Top soc­cer chief linked to fix­ing

Kathimerini English - - Front Page -

Olympiakos owner and Su­per League pres­i­dent Van­ge­lis Mari­nakis and Greece in­ter­na­tional de­fender Avraam Pa­padopou­los were among the 68 fur­ther sus­pects named in con­nec­tion to match-fix­ing al­le­ga­tions by an Athens pros­e­cu­tor yes­ter­day.

First in­stance pros­e­cu­tor Eleni Raikou made pub­lic a list of the 68 sus­pects af­ter 15 had al­ready been named ear­lier in the week. Ten of those, in­clud­ing Olympiakos Volou chair­man Achil­leas Beos, have al­ready been ar­rested.

The 15 are al­leged to have formed the hard core of the ring and face crim­i­nal charges that carry prison sen­tences of be­tween five years and life. The other 70 sus­pects named on Fri­day face lesser charges but the ac­cu­sa­tions are nev­er­the­less se­ri­ous.

Mari­nakis, the owner of the Greek cham­pi­ons and head of the or­ga­ni­za­tion that runs Greece’s top soc­cer league, is ac­cused of col­lud­ing with a crim­i­nal gang and tak­ing part in bribery to fix the out­come of matches. The Olympiakos chief de­nied any part in the af­fair. “The match-fix­ing is­sue has noth­ing to do with us,” he said. “There is no ev­i­dence point­ing to any wrong­do­ing.”

Pa­padopou­los, an Olympiakos player, Kostas Men­dri­nos, for­merly of Olympiakos but now with Aris, and Jose Reyes of Di­ago­ras are some of the play­ers named among the 70 sus­pects. Ref­er­ees Dim­itris Kalopou­los and Yian­nis Spathas have also been iden­ti­fied as tak­ing part in the match-fix­ing ring.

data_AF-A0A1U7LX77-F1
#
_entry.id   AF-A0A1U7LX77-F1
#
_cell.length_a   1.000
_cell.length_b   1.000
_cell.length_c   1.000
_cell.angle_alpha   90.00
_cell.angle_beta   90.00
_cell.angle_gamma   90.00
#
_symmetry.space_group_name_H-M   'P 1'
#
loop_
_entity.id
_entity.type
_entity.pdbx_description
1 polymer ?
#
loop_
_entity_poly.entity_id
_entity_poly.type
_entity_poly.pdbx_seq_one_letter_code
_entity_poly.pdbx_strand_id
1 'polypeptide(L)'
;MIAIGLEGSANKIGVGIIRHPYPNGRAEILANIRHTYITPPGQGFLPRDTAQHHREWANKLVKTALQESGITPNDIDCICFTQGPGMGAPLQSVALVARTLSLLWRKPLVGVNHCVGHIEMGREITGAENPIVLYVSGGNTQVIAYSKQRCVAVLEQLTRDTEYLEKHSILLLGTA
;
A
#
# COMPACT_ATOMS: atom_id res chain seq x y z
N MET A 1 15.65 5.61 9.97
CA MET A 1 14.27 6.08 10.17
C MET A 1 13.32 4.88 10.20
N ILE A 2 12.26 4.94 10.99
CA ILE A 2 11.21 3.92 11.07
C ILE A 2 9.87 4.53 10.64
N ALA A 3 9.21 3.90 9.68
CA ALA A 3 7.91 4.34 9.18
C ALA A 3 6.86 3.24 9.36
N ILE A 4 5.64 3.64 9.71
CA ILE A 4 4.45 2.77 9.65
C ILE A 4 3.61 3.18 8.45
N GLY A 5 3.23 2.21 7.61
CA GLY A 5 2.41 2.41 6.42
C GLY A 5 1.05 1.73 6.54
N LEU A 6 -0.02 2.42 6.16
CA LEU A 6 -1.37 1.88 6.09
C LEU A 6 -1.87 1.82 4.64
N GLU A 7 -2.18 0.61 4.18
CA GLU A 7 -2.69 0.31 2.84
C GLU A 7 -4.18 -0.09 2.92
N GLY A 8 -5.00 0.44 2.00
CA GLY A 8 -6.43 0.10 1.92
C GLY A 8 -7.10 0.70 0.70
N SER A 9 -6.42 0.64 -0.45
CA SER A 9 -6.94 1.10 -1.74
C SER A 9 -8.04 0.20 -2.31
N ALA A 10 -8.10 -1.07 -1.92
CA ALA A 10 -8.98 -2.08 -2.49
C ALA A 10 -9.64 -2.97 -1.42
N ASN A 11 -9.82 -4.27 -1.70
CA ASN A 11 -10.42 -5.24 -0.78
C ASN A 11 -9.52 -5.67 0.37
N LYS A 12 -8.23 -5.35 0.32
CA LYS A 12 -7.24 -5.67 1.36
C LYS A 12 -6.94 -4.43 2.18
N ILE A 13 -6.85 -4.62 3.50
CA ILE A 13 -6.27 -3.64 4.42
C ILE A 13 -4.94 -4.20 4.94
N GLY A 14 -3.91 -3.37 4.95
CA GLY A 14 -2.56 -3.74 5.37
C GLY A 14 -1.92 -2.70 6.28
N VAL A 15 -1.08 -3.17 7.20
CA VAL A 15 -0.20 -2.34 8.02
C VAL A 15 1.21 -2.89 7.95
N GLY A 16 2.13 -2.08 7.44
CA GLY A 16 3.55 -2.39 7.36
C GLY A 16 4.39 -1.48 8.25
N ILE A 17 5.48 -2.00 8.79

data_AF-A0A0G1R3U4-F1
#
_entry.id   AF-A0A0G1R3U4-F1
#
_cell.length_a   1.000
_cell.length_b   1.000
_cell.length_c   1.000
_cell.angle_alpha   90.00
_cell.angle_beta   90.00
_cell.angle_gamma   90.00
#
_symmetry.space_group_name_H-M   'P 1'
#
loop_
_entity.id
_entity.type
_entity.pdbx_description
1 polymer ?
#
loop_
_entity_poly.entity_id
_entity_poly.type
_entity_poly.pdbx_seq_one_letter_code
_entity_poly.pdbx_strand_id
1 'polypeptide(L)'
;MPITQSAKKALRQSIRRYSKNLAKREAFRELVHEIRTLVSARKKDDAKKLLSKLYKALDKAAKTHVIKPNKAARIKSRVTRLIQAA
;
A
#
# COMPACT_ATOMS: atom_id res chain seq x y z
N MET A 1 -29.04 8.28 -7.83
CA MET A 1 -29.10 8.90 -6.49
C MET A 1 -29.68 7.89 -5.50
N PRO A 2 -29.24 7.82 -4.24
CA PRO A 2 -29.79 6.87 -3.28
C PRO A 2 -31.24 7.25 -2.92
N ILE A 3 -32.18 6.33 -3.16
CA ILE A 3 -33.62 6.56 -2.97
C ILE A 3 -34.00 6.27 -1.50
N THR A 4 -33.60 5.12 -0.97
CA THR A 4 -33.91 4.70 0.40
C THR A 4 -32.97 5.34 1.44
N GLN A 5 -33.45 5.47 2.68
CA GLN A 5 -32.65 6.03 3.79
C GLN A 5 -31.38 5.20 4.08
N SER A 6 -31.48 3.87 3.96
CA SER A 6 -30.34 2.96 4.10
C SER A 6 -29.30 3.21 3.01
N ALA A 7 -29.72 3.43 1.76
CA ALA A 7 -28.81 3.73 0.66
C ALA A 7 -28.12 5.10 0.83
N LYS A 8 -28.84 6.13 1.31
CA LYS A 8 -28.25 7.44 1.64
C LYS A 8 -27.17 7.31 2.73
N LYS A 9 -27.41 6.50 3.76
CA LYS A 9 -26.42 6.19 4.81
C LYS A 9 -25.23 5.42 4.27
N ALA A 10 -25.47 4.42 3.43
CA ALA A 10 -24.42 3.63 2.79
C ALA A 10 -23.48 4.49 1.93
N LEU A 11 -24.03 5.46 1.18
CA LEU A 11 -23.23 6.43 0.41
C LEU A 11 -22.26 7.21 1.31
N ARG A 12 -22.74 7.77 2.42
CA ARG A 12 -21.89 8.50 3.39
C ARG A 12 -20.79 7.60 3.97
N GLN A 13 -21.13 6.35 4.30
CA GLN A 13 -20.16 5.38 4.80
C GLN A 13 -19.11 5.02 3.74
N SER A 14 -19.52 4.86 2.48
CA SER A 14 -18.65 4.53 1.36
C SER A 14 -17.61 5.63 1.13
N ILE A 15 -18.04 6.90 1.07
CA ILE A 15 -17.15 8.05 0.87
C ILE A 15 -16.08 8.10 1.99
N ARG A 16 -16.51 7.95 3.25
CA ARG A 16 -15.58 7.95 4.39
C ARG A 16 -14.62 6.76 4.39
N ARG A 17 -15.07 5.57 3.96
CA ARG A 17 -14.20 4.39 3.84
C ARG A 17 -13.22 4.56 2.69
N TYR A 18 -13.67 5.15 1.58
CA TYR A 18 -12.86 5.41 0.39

Mean­while, the Hel­lenic Foot­ball Fed­er­a­tion (EPO) de­cided to sack Yian­nis Pa­padopou­los, an EPO em­ployee who was named among the sus­pects. EPO also de­cided to sus­pend five ref­er­ees for their al­leged in­volve­ment, while it is said that Avraam Pa­padopou­los and Un­der-21 na­tional coach Gior­gos Ge­or­giadis, also iden­ti­fied as a suspect, have no fu­ture in the na­tional teams any­more.

Sources also re­vealed to Kathimerini that there is a net­work of off­shore com­pa­nies in the Far East, with at least one of them based in Malaysia, which con­ducted the laun­der­ing of prof­its from the il­le­gal bet­ting on the fixed matches. Authorities are fol­low­ing the money trail but co­op­er­a­tion with Malaysian jus­tice is not easy given the ab­sence of a pro­to­col of ju­di­cial co­op­er­a­tion be­tween the two coun­tries.

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